Car-parking matchmaker Parkhound says it is already setting up deals between local residents with spare car parks and office workers Photo: Graham Tidy
Householders around Canberra's Parliamentary Triangle are already cashing in on the paid parking regime around the precinct, according to a private sector parking broker.
Car-parking matchmaker Parkhound says it is already setting up deals between local residents with spare car parks and office workers, mostly federal public servants, from around the triangle.
From July 1, tens of thousands of public servants in and around the national precinct will be hit by the federal government with parking fees of $11 a day for spaces they have enjoyed for free for decades.
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The move has sent bureaucrats scrambling for alternatives to paying the hated new fee and Sydney internet start-up Parkhound says it believes a lucrative new market for its services will develop in Canberra as the pay parking regime begins to bite.
The web-based service has grown in congested cities Sydney, Melbourne and Brisbane which connects drivers looking for parking with local property owners who have spare car spaces.
One of Parkhound's owners, Robert Crocitti, said his company had experienced a surge in interest from Canberra recently.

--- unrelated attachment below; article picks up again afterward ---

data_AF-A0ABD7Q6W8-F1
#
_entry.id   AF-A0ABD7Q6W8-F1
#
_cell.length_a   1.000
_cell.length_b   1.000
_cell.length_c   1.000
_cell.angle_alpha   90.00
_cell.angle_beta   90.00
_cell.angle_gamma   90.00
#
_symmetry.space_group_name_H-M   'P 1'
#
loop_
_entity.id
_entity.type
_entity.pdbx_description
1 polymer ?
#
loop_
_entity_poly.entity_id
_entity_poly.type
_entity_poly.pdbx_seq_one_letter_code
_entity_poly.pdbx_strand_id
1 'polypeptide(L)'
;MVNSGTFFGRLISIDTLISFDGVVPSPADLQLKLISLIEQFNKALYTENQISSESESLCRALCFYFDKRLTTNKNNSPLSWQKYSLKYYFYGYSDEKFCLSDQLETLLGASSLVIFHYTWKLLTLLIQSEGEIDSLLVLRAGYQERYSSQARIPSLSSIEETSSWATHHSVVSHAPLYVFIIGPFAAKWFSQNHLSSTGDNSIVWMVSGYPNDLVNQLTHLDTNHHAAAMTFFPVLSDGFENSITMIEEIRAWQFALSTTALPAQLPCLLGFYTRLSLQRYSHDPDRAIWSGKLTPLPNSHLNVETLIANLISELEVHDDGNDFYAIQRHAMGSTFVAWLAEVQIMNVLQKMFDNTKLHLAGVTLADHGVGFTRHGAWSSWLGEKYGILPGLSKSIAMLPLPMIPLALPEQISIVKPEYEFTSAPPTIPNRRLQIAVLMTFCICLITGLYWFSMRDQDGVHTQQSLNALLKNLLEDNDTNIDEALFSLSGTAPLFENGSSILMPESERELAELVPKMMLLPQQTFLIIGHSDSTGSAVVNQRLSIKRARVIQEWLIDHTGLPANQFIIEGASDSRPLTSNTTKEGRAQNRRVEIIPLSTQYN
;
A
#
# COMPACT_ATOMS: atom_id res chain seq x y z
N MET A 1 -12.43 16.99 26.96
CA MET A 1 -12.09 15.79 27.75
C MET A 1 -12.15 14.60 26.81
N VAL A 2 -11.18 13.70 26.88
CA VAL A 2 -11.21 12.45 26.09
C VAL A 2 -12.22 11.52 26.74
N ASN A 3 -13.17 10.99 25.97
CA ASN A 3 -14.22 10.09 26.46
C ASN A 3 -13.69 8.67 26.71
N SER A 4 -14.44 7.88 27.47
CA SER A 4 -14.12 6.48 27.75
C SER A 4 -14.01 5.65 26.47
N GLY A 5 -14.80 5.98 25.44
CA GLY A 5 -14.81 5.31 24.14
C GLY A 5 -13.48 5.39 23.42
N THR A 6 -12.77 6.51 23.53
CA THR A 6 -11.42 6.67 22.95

"Traditionally, Melbourne, Sydney and Brisbane have been our most popular cities but since the turn of the year we have seen a 322 per cent increase in visits from Canberrans and a doubling of booking requests," Mr Crocitti said.
"It appears that public servants are trying to plan ahead."
He said that one Parkhound customer from Barton has been leasing his garage to a public servant for the past three months for $40 a week.
Mr Crocitti said Parkhound was keen to spruik its "community sourced" car parks to the Triangle's workforce.
"Our community sourced parking spaces are cheaper than traditional alternatives and drivers don't have to worry about being back at a certain time as most of our listings are available 24/7," he said.
"We literally only have handful of parking spaces left in the Canberra area.''